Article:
It's that time of the year to prepare your mason bees for winter by cleaning the cocoons and condos. Brian Campbell gave a thoroughly fascinating workshop on mason bees as part of the VanDusen Garden workshop series. Brian started the class with a talk on the diversity of bees in British Columbia. He says our province is a great place to practice native bee conservation. This talk is worth the price of admission alone and Brian can come to your garden club or school and tell you all about our local bees. He can give you the confidence to clean your mason bees and help them live to produce another generation next spring.
My father-in-law says he brings his houses in to dry a few days before he cleans them out. Brian takes his in much earlier to protect them from birds and predatory mites. If you had two condos you could try both methods and compare the results. (Note that it's important not to disturb the egg while it is developing into a larva.)
If you have houses made of drilled holes with paper tubes you need to pull out the tubes and unroll them to remove the cocoons. I recently read that parchment paper for cooking is the best paper for rolling your own tubes if you are using the system with the drilled holes.When cleaning cocoons it's important to watch for hibernating wasp queens. We had found one that appeared totally dormant until she woke up and began flying around the room. There are several other mason bee pests you may find in your tunnels including parasitic wasps, cuckoo bees, cuckoo wasps, carpet beetles, flour beetles, spider beetles and pollen mites.
Also look for any cocoons that are damaged and empty and put them in the garbage pile. If your tunnels are filled with crumbly brown matter and chalky white hard dead larva you may have a condo infected with chalk brood. In this case you've got to quarantine your condo and clean it with water and bleach. Clean your hands as well to prevent the disease from spreading.
If you've got some healthy cocoons, separate them out and wash them in a tub. Some people use bleach, and some don't. There are other people experimenting with natural oils to eliminate the mites and also the cleansing action of gentle abrasion with sand. There are natural eco-sensitive bleaches on the market that would work for this. Brian assures us the healthy cocoons are water proof and the bleach will not get into the bees.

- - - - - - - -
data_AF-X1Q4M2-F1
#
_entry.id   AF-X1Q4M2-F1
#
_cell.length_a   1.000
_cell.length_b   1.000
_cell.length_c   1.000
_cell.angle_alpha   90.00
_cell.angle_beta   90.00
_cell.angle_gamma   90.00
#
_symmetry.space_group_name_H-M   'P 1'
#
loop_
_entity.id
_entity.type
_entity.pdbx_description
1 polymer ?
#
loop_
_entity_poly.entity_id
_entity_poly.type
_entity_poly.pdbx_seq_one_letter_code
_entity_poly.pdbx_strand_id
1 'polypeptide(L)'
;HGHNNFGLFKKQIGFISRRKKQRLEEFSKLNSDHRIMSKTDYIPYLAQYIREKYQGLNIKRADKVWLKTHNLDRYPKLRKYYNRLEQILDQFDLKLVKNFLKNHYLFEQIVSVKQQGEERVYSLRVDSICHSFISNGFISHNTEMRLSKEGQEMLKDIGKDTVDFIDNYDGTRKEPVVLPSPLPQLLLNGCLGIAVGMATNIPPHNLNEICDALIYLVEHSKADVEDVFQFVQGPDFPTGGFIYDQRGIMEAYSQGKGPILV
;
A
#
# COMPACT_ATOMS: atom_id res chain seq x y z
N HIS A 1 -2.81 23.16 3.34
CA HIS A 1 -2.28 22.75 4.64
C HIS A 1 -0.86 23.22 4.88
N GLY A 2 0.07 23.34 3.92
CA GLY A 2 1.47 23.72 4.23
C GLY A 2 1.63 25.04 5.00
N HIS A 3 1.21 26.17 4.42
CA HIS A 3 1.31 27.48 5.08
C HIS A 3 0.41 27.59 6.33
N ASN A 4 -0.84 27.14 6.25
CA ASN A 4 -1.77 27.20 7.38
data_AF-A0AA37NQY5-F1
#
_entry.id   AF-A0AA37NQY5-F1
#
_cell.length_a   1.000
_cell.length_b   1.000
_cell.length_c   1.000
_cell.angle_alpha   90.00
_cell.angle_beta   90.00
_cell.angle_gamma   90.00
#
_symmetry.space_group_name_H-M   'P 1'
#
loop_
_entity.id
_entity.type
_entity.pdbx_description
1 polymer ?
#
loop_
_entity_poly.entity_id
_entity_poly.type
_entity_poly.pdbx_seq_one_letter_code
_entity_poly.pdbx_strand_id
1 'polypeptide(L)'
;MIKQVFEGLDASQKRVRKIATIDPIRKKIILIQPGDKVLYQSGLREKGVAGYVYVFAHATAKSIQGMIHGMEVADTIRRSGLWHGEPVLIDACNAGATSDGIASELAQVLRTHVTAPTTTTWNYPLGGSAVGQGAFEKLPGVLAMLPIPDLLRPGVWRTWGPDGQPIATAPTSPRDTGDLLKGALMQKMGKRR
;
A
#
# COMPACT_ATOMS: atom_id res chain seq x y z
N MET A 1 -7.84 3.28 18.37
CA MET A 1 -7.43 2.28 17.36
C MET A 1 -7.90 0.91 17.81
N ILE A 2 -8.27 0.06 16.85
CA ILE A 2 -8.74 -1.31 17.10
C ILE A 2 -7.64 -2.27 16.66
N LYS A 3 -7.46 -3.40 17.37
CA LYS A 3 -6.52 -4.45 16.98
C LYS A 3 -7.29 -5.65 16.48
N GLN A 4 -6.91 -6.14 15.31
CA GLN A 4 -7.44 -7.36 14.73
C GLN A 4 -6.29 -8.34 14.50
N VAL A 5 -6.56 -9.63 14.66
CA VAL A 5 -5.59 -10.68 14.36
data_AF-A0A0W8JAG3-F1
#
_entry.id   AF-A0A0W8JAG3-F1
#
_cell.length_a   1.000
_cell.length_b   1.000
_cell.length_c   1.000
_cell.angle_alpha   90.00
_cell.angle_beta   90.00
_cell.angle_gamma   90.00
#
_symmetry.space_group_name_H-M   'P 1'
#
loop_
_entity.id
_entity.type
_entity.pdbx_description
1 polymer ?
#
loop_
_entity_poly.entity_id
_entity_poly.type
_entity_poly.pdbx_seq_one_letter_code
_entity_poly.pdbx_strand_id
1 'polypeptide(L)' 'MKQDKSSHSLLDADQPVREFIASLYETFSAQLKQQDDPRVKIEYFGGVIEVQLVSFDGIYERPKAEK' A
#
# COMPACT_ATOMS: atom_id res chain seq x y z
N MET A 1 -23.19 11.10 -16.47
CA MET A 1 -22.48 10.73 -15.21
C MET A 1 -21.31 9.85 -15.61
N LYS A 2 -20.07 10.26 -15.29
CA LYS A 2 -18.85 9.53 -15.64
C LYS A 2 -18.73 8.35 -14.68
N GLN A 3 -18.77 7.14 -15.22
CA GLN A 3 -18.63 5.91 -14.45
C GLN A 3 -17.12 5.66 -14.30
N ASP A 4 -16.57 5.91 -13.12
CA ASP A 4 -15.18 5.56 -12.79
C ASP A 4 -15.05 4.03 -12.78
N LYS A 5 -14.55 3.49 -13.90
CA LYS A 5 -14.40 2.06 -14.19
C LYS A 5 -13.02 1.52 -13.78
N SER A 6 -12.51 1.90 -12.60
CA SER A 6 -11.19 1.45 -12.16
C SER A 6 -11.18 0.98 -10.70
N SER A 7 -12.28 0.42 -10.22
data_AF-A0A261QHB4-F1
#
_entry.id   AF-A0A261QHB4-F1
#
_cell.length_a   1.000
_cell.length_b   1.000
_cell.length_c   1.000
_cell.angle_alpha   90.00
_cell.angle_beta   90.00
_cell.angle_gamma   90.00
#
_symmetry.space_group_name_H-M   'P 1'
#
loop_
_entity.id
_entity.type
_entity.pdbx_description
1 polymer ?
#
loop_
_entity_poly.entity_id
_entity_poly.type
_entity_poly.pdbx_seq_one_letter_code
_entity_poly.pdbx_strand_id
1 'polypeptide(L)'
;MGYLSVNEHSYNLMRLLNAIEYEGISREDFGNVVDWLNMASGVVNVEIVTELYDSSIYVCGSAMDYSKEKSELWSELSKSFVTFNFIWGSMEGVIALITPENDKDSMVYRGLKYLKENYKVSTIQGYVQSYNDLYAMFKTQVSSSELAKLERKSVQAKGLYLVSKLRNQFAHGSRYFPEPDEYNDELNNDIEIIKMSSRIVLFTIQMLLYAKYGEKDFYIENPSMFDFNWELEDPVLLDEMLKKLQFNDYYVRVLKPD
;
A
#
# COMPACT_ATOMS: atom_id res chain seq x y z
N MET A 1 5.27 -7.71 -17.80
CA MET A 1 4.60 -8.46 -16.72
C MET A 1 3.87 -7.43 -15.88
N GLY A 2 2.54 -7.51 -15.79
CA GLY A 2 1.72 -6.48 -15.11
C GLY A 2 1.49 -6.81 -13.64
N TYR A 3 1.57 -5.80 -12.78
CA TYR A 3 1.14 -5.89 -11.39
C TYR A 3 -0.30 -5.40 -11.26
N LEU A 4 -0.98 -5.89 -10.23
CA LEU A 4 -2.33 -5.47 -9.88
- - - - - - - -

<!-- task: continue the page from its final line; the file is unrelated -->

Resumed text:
This condo was interesting because it contained the cells and larva of resin bees. If these are put back together once the mason bees are cleaned out they should pupate and hatch next summer. The exact species of this bee remains a mystery to us. I really wish we had a digital microscope to look more closely at all the insects and debris in the tunnels. (If anyone knows of a good digital microscope for classroom and home use with a MAC OS, please let me know. Price is an object, BTW!)
It's as simple as this: just putting the cocoons in water and letting them float to the top. You can remove them and let them dry on an old towel. Some people repeat this three times or also use sand to help abrade debris from the cocoons. The most common debris is black pellets of bee poop and pollen mites. These hairy footed mites hitchhike on the backs of bees to eat pollen. Like Varroa mites they reproduce at an alarming rate which can all end in tears. If hairy mites in the tunnels run out of pollen they eat the mason bee cocoons and then they eat the mason bees.
Next you can "candle" the bees by laying them on a powerful flashlight or light tray. Brian encouraged us to keep track of how many large (female) cocoons and smaller (male) cocoons were intact. By mid December (or earlier) puts the cocoons in a plastic bag in a jar in the refrigerator until spring. He adds a wet piece of paper towel on the bottom to keep some humidity in the jar, but not too much. Check your bees periodically to see if they are too dry or too wet.
We also found a tiny dead cuckoo wasp: Pseudomalus auratus. It was just a few mm long and it had a shiny turquoise thorax and a red shiny abdomen. It is one of the wasps that parasitizes mason bees. This wasp does not sting, but curls into a ball when it feels threatened. Awwww.
Should you clean your cocoons? Yes. Most folks had not cleaned their condos for a couple of years and they were overrun with pollen mites and disease. From my research I also learned it is best to buy cocoons from a trusted local mason beekeeper like Brian who checks to make sure he sells disease-free Western mason bees.